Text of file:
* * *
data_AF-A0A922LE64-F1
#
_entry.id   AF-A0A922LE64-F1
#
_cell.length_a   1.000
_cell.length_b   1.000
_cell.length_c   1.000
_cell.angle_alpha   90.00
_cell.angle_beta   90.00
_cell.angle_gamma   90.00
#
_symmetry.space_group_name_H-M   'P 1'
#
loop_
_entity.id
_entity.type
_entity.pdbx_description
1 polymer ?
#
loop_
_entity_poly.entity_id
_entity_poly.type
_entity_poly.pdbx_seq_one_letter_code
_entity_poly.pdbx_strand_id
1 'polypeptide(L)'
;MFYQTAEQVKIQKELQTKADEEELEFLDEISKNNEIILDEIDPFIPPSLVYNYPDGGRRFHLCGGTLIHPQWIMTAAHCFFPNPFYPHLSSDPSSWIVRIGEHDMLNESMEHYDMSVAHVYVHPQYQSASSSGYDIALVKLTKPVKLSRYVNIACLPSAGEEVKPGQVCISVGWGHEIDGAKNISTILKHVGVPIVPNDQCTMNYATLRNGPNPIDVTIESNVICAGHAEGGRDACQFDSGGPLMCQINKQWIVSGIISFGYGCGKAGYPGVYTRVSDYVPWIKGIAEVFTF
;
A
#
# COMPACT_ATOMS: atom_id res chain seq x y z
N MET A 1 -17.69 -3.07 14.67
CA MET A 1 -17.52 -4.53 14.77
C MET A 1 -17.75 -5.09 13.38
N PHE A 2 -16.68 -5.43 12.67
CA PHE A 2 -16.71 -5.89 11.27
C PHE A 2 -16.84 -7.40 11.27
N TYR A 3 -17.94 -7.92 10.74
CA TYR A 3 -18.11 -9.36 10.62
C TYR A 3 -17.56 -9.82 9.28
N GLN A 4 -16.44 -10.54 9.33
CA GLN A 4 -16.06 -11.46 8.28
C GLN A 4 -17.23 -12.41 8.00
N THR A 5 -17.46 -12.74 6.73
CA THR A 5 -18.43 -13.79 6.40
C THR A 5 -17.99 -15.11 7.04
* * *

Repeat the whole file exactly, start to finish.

data_AF-A0A922LE64-F1
#
_entry.id   AF-A0A922LE64-F1
#
_cell.length_a   1.000
_cell.length_b   1.000
_cell.length_c   1.000
_cell.angle_alpha   90.00
_cell.angle_beta   90.00
_cell.angle_gamma   90.00
#
_symmetry.space_group_name_H-M   'P 1'
#
loop_
_entity.id
_entity.type
_entity.pdbx_description
1 polymer ?
#
loop_
_entity_poly.entity_id
_entity_poly.type
_entity_poly.pdbx_seq_one_letter_code
_entity_poly.pdbx_strand_id
1 'polypeptide(L)'
;MFYQTAEQVKIQKELQTKADEEELEFLDEISKNNEIILDEIDPFIPPSLVYNYPDGGRRFHLCGGTLIHPQWIMTAAHCFFPNPFYPHLSSDPSSWIVRIGEHDMLNESMEHYDMSVAHVYVHPQYQSASSSGYDIALVKLTKPVKLSRYVNIACLPSAGEEVKPGQVCISVGWGHEIDGAKNISTILKHVGVPIVPNDQCTMNYATLRNGPNPIDVTIESNVICAGHAEGGRDACQFDSGGPLMCQINKQWIVSGIISFGYGCGKAGYPGVYTRVSDYVPWIKGIAEVFTF
;
A
#
# COMPACT_ATOMS: atom_id res chain seq x y z
N MET A 1 -17.69 -3.07 14.67
CA MET A 1 -17.52 -4.53 14.77
C MET A 1 -17.75 -5.09 13.38
N PHE A 2 -16.68 -5.43 12.67
CA PHE A 2 -16.71 -5.89 11.27
C PHE A 2 -16.84 -7.40 11.27
N TYR A 3 -17.94 -7.92 10.74
CA TYR A 3 -18.11 -9.36 10.62
C TYR A 3 -17.56 -9.82 9.28
N GLN A 4 -16.44 -10.54 9.33
CA GLN A 4 -16.06 -11.46 8.28
C GLN A 4 -17.23 -12.41 8.00
N THR A 5 -17.46 -12.74 6.73
CA THR A 5 -18.43 -13.79 6.40
C THR A 5 -17.99 -15.11 7.04